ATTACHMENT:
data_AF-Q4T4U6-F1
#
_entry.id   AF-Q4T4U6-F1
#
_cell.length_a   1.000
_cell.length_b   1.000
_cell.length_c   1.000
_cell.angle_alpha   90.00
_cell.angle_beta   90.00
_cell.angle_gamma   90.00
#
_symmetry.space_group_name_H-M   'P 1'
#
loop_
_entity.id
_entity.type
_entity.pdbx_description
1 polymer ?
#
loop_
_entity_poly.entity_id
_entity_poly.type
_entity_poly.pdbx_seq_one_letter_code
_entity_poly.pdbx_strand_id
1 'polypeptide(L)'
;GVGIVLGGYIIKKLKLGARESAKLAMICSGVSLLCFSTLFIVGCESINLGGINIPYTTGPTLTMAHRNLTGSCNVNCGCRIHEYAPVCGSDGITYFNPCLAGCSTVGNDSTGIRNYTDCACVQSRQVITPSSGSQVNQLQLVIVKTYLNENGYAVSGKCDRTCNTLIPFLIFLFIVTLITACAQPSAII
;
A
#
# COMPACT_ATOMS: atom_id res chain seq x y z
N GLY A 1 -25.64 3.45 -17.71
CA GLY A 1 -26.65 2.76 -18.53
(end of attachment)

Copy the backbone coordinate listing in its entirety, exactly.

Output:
data_AF-Q4T4U6-F1
#
_entry.id   AF-Q4T4U6-F1
#
_cell.length_a   1.000
_cell.length_b   1.000
_cell.length_c   1.000
_cell.angle_alpha   90.00
_cell.angle_beta   90.00
_cell.angle_gamma   90.00
#
_symmetry.space_group_name_H-M   'P 1'
#
loop_
_entity.id
_entity.type
_entity.pdbx_description
1 polymer ?
#
loop_
_entity_poly.entity_id
_entity_poly.type
_entity_poly.pdbx_seq_one_letter_code
_entity_poly.pdbx_strand_id
1 'polypeptide(L)'
;GVGIVLGGYIIKKLKLGARESAKLAMICSGVSLLCFSTLFIVGCESINLGGINIPYTTGPTLTMAHRNLTGSCNVNCGCRIHEYAPVCGSDGITYFNPCLAGCSTVGNDSTGIRNYTDCACVQSRQVITPSSGSQVNQLQLVIVKTYLNENGYAVSGKCDRTCNTLIPFLIFLFIVTLITACAQPSAII
;
A
#
# COMPACT_ATOMS: atom_id res chain seq x y z
N GLY A 1 -25.64 3.45 -17.71
CA GLY A 1 -26.65 2.76 -18.53